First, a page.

Offene Bibel ("Open Bible") is an ecumenical internet project that aims at creating a freely available German translation of the Bible. Similar to projects like Wikipedia, the translation is a collaborative effort by a community of many volunteers who contribute their own translations of Bible passages.
Offene Bibel consists of two versions following different translation methods: The first translation (called Studienfassung, "study version") is a philological, formal-equivalence translation that marks additions and omissions (similar to the Amplified Bible) and displays alternative translations in brackets. Translation decisions and relevant background knowledge are documented in extensive footnotes (similar to the NET Bible). Based on this version as a source, a second, dynamic-equivalence version (Lesefassung, "reading version") is created that aims at readability. Quality assurance processes have been put in place to ascertain the high quality of the finished product. Further projects like a version in Plain Language as well as beginnings of an ecumenical Commentary, Bible Dictionary and an Original Languages Grammar and Dictionary have been initiated.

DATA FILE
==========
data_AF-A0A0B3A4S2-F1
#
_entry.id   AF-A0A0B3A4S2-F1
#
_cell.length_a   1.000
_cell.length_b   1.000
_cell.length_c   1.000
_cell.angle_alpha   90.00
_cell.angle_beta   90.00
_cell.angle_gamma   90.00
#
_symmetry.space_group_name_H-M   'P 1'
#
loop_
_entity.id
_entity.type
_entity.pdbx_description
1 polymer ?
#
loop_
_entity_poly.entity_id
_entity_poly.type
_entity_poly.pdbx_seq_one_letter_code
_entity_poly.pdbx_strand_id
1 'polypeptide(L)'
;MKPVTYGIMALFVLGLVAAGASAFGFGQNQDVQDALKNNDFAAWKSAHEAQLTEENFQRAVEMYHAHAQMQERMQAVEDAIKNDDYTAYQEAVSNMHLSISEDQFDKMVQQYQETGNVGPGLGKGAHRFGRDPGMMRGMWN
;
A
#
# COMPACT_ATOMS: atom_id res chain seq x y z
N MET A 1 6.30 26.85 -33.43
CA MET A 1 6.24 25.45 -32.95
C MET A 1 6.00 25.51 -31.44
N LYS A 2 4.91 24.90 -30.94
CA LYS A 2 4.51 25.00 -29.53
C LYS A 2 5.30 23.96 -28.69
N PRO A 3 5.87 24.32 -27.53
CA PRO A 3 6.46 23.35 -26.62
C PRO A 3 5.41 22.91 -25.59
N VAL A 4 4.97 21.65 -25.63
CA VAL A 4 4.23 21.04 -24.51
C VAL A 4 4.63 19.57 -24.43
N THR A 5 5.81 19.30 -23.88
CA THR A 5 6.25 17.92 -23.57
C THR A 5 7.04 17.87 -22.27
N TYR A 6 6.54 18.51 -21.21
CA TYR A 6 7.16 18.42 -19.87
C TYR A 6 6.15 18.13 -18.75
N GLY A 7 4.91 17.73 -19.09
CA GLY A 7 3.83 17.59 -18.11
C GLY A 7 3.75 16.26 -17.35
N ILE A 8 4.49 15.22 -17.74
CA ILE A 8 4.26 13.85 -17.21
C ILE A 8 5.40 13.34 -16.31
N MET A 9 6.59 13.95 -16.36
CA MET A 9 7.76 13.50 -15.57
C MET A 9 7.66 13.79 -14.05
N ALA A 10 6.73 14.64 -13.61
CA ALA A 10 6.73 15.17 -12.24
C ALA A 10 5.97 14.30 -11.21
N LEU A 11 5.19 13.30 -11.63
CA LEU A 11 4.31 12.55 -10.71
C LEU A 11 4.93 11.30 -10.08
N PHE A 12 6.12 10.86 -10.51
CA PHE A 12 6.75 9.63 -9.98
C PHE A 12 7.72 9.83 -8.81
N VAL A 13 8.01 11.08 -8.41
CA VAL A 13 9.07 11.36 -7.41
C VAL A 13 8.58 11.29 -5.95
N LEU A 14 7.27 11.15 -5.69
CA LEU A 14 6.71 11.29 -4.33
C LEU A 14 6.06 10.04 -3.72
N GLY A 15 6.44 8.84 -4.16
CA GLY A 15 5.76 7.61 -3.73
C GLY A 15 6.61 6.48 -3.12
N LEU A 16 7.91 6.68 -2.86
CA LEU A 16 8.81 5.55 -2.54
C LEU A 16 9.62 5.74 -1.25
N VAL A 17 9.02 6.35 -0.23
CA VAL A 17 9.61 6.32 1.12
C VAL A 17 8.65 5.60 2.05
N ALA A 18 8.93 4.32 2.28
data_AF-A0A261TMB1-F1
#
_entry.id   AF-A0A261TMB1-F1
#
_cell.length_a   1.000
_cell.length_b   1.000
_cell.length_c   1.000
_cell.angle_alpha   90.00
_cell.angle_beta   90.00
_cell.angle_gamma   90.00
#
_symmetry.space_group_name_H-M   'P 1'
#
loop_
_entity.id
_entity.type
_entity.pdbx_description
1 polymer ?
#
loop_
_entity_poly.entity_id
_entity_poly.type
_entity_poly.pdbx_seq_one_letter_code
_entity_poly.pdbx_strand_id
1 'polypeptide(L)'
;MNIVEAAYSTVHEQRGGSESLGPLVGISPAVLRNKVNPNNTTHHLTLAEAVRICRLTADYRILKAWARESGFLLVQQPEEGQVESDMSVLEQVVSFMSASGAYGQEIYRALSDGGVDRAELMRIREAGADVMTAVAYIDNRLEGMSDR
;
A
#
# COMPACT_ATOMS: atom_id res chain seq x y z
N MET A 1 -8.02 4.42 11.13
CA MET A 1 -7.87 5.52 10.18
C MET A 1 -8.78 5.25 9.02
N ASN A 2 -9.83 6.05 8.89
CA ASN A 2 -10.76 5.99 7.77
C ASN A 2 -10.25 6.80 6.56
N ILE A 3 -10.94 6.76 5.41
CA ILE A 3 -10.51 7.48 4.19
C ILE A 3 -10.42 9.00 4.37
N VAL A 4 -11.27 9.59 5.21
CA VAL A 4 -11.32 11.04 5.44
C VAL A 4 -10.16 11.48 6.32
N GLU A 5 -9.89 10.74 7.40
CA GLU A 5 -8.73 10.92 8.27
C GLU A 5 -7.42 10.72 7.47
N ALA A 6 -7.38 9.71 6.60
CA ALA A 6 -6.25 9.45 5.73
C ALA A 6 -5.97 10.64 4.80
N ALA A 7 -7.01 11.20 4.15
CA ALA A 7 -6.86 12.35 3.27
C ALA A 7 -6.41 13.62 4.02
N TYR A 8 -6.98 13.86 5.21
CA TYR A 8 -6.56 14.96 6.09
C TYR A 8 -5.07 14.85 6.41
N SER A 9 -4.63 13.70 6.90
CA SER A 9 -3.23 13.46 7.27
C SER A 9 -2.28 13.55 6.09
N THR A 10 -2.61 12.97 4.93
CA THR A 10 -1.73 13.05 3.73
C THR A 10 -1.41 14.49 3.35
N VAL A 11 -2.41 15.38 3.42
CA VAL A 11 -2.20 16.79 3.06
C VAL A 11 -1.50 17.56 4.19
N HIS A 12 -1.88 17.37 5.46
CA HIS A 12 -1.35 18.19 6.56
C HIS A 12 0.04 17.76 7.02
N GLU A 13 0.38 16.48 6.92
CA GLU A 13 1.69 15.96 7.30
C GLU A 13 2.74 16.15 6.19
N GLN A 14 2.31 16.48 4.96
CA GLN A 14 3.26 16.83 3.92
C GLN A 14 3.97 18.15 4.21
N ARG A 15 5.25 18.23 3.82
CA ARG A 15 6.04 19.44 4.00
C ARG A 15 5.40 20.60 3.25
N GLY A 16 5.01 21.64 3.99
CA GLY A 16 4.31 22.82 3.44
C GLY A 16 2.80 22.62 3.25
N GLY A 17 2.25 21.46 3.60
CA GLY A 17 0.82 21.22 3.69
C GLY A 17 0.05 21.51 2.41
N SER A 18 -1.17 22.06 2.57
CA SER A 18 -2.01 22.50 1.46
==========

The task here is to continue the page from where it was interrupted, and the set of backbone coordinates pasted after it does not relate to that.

Offene Bibel was started in 2009. A supporting association was founded in 2010. The first chapter of the study translation was finished in 2011. As of early 2013, the translation is well underway as there are five finished chapters of the study version and several more in the works. In addition, several drafts of reading version chapters as well as several pages within the supporting projects have been created. All texts are placed under a Creative Commons license (CC-BY-SA 3.0).